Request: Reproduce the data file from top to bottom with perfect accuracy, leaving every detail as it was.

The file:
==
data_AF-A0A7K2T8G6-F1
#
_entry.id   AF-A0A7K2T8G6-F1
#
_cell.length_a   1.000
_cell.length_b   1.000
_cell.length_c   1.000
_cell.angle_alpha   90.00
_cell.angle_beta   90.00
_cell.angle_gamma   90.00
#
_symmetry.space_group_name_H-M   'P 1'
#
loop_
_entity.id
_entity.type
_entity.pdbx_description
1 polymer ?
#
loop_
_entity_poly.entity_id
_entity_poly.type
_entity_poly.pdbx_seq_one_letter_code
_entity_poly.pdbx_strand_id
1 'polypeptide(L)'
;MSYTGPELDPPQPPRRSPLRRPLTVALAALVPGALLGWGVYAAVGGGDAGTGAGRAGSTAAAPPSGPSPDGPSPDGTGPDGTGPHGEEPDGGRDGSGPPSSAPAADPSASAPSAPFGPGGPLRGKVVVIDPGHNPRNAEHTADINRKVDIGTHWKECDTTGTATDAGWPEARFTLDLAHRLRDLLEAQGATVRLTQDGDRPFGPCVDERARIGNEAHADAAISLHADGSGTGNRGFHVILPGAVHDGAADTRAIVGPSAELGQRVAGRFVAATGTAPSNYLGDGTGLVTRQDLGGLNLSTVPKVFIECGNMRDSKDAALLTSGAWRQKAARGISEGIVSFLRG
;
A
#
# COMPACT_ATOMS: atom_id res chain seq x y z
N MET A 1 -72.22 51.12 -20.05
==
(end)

data_AF-A0A7K2T8G6-F1
#
_entry.id   AF-A0A7K2T8G6-F1
#
_cell.length_a   1.000
_cell.length_b   1.000
_cell.length_c   1.000
_cell.angle_alpha   90.00
_cell.angle_beta   90.00
_cell.angle_gamma   90.00
#
_symmetry.space_group_name_H-M   'P 1'
#
loop_
_entity.id
_entity.type
_entity.pdbx_description
1 polymer ?
#
loop_
_entity_poly.entity_id
_entity_poly.type
_entity_poly.pdbx_seq_one_letter_code
_entity_poly.pdbx_strand_id
1 'polypeptide(L)'
;MSYTGPELDPPQPPRRSPLRRPLTVALAALVPGALLGWGVYAAVGGGDAGTGAGRAGSTAAAPPSGPSPDGPSPDGTGPDGTGPHGEEPDGGRDGSGPPSSAPAADPSASAPSAPFGPGGPLRGKVVVIDPGHNPRNAEHTADINRKVDIGTHWKECDTTGTATDAGWPEARFTLDLAHRLRDLLEAQGATVRLTQDGDRPFGPCVDERARIGNEAHADAAISLHADGSGTGNRGFHVILPGAVHDGAADTRAIVGPSAELGQRVAGRFVAATGTAPSNYLGDGTGLVTRQDLGGLNLSTVPKVFIECGNMRDSKDAALLTSGAWRQKAARGISEGIVSFLRG
;
A
#
# COMPACT_ATOMS: atom_id res chain seq x y z
N MET A 1 -72.22 51.12 -20.05